This week at the Capitol, debate continued on free speech and racism training on college campuses and beyond. On Tuesday, the House passed both HF 744 and HF 808. HF 744 requires new policy and training for all Community College staff, faculty, and students annually on the first amendment. HF 808 places restrictions on the content of mandatory diversity or racism training. Additionally, on Wednesday, the Senate passed an amended version of SF 580, the “Big Tech Censorship” bill. The bill now says that if a large social media company is found to censor unjustly, Iowa government entities could not provide them with tax credits. Also on Wednesday, the Senate passed SF 568, which impacts elections and would require Community Colleges to send a mailing to all households with registered voters when they hold a March or September bond election. This week the Senate also signed a resolution like what passed the House last week to honor the work of Steve Ovel. Finally, the State’s Revenue Estimating Conference meets today to provide a forecast for state revenue. Their estimates will set budget levels and launch House and Senate appropriations discussions. We will share an update next week.
Save the Date: Virtual Summer Conference July 21-22
Last week, the IACCT Board made the difficult decision to hold this year’s summer conference and annual membership online. While we look forward to returning to in-person activities as soon as possible, there is still too much uncertainty to plan a large in-person event. Stay tuned for more information and exciting announcements on speakers and presentation opportunities. In 2022 the in-person event will return and be hosted at WITCC.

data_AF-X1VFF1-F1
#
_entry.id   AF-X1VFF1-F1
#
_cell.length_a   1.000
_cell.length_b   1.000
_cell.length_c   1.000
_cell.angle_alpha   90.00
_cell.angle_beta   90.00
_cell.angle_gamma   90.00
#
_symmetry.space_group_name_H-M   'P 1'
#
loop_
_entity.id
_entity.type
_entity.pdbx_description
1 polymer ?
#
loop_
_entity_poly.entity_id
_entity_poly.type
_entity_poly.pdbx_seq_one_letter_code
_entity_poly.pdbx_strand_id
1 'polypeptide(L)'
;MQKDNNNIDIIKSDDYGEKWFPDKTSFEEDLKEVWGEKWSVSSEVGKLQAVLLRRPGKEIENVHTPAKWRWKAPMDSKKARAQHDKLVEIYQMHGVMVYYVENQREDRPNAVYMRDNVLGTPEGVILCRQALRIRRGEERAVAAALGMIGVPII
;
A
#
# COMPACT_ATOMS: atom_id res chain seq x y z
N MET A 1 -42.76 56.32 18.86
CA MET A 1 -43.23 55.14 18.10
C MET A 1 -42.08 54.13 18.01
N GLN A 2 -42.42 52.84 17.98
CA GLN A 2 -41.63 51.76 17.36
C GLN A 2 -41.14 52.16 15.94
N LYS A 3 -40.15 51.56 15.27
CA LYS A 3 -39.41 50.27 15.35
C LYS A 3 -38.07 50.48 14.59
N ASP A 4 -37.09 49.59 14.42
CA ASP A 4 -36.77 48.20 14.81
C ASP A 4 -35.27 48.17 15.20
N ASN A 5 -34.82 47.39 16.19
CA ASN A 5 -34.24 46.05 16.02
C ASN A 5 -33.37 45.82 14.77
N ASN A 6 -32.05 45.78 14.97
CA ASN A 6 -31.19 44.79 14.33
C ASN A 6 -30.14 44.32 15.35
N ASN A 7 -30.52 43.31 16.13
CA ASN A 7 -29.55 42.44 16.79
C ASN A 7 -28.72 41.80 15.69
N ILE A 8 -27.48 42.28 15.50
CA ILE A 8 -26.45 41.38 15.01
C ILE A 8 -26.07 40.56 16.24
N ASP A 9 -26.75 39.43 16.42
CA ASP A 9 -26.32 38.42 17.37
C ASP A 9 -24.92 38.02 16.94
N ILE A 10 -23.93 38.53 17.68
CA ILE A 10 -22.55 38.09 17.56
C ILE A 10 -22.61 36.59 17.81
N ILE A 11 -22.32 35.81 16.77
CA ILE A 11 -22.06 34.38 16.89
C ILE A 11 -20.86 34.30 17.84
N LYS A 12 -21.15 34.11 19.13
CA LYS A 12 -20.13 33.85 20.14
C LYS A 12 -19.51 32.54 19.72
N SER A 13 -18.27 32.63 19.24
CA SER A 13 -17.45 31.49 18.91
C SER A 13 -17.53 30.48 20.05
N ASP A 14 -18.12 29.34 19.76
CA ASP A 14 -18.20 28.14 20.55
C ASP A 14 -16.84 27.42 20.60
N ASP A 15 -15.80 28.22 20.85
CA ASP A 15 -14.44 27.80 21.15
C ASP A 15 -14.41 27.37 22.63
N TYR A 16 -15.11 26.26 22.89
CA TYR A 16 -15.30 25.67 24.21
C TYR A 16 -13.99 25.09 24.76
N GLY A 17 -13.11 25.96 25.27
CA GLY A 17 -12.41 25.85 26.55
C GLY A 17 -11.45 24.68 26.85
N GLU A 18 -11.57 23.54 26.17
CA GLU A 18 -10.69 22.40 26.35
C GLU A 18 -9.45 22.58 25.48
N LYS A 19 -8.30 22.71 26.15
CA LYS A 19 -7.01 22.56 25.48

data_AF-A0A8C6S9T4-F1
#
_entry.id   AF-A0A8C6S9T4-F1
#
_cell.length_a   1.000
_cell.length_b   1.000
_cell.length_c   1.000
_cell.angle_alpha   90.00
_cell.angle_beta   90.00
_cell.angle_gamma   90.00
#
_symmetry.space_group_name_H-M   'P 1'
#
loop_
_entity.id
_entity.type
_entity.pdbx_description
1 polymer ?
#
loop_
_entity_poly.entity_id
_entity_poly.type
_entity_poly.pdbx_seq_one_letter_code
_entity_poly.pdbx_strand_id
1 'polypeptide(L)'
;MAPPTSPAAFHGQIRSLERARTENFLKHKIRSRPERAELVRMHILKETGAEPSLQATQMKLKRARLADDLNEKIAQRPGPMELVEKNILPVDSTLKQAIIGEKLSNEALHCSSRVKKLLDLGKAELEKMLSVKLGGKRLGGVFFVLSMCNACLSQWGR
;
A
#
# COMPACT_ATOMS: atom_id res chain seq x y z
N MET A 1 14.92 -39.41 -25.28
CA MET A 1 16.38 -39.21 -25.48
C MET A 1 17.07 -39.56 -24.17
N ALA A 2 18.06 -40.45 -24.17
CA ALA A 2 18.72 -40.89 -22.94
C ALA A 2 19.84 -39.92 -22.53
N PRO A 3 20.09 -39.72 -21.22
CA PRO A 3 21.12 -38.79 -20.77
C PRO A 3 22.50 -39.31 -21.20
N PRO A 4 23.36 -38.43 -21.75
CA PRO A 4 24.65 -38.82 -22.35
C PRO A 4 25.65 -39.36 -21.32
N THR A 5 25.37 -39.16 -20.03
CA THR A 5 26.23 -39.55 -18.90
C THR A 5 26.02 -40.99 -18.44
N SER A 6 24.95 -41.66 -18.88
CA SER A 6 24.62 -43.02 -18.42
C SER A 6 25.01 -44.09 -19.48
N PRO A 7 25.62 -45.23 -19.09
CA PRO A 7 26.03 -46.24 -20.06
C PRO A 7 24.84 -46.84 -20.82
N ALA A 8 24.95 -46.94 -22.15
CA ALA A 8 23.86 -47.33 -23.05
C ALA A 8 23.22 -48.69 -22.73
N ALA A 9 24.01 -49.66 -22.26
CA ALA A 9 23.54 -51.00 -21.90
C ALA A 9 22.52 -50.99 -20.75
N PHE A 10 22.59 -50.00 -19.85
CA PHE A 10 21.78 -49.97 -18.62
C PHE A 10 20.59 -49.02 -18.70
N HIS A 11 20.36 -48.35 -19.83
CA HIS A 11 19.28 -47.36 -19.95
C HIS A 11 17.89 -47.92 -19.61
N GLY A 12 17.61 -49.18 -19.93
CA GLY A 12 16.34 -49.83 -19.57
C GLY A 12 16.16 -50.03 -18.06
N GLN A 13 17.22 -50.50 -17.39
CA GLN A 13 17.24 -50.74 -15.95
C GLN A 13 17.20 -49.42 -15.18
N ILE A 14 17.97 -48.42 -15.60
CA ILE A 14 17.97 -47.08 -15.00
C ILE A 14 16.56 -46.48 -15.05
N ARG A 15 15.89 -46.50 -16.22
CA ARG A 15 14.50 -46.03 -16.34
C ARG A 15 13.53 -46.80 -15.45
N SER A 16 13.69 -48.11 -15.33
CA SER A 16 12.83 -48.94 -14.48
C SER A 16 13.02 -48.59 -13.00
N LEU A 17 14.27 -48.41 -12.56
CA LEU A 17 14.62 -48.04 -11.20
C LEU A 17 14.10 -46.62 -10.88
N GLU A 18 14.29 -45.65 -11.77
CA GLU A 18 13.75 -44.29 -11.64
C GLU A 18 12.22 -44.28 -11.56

ACCT Rural Community College Report Released
This week, ACCT released a new report “Strengthening Rural Community Colleges: Innovations and Opportunities.” The report offers recommendations for supporting rural Community Colleges and also features success stories including one on our Elevate Iowa initiative. The author will join us next week for a webinar discussion on their findings and what they may mean for our policy priorities at the federal and state level.